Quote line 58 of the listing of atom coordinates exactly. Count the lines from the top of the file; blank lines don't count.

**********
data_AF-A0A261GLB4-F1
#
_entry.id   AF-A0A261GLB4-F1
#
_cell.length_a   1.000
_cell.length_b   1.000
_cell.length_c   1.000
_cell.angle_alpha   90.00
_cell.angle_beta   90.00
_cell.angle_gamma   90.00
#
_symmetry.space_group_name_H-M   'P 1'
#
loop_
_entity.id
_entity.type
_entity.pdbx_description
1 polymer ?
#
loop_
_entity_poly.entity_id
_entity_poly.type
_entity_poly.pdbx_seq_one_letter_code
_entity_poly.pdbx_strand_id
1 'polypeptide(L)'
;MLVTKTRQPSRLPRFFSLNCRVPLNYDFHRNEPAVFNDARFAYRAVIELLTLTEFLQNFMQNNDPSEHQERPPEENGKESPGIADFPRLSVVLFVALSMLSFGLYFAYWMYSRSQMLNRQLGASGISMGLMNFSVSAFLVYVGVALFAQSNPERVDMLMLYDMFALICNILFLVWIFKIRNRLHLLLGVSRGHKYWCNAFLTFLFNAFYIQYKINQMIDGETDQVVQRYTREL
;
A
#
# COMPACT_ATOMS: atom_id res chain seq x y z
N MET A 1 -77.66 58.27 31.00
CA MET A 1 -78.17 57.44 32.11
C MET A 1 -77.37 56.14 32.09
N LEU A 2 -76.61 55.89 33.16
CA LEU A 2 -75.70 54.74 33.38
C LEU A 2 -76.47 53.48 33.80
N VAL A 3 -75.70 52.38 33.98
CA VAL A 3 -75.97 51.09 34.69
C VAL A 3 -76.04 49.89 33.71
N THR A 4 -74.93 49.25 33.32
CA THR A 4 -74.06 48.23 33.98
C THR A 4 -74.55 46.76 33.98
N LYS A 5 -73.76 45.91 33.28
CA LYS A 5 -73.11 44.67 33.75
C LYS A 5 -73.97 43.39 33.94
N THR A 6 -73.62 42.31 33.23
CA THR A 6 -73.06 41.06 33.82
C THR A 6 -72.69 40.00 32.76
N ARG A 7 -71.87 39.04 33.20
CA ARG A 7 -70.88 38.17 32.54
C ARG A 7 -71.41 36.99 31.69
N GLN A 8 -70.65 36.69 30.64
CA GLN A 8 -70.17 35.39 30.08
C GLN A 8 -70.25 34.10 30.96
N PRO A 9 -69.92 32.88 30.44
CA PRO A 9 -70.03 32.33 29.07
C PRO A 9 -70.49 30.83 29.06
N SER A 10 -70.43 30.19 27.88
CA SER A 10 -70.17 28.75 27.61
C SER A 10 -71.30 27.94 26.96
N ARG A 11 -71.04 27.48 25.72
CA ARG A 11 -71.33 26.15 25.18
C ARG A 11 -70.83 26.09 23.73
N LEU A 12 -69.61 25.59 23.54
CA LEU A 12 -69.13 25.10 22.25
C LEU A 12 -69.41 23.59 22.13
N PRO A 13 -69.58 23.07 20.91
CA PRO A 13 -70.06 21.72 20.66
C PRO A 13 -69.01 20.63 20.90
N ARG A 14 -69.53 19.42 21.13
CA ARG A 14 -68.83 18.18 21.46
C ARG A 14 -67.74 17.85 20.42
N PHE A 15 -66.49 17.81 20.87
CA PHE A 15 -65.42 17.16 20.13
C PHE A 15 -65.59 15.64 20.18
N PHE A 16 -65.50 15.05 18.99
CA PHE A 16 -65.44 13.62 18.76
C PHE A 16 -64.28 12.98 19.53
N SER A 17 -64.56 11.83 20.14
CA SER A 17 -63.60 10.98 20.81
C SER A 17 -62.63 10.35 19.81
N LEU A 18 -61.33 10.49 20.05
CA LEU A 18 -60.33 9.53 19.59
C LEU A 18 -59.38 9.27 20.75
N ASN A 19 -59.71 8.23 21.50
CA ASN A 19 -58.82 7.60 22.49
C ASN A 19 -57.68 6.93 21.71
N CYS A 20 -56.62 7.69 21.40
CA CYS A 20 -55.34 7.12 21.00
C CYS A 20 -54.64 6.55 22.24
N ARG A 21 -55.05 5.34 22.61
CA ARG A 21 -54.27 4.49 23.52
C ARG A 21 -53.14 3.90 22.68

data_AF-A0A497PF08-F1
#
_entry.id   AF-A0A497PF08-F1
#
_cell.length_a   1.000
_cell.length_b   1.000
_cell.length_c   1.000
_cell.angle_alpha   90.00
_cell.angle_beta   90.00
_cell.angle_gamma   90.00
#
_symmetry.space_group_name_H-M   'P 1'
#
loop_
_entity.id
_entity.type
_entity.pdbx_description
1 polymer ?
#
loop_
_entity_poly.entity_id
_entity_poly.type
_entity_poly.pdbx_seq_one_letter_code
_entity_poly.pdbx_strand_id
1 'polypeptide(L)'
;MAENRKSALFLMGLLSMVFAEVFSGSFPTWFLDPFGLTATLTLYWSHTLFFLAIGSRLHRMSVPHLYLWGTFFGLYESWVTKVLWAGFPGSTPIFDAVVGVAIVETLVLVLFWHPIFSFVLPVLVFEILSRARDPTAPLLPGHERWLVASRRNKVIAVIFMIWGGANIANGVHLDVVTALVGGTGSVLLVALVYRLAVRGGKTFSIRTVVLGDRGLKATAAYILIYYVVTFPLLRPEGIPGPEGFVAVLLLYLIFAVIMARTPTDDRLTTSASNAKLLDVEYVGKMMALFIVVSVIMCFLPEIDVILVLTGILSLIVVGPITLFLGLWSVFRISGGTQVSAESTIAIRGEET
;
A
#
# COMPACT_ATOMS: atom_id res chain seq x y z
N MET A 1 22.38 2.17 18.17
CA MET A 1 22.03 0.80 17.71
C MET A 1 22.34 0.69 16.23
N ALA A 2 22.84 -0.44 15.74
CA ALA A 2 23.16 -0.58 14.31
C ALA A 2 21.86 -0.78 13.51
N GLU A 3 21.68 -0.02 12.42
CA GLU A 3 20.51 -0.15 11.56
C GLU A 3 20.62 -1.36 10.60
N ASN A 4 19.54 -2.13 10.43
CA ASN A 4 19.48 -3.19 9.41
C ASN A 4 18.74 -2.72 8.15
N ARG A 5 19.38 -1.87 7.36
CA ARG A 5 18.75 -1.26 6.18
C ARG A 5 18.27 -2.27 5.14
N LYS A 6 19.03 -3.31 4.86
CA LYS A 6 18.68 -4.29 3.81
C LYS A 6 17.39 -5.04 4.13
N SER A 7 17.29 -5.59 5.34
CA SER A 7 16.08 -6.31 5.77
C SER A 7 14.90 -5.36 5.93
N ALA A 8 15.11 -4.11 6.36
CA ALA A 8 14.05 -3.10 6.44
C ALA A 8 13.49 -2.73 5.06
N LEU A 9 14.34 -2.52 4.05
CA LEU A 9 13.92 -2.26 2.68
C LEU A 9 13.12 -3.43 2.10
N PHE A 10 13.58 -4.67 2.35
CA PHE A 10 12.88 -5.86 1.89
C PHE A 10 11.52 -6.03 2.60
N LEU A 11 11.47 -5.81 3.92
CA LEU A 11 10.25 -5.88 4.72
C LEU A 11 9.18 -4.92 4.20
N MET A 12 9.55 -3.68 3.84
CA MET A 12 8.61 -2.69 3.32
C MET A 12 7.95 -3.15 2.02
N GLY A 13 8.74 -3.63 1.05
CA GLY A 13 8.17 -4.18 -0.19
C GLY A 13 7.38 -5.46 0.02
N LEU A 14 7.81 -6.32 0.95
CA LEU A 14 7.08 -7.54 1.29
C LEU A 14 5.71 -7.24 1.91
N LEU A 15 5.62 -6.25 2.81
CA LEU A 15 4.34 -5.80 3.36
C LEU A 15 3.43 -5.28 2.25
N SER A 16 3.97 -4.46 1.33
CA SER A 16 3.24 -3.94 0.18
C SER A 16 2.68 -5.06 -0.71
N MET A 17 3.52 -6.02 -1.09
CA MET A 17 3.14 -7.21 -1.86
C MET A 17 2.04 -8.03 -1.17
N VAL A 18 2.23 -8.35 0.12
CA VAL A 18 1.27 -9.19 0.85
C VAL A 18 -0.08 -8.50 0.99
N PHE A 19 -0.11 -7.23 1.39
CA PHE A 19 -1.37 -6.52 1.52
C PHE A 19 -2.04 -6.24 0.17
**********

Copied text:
N SER A 10 -70.43 30.19 27.88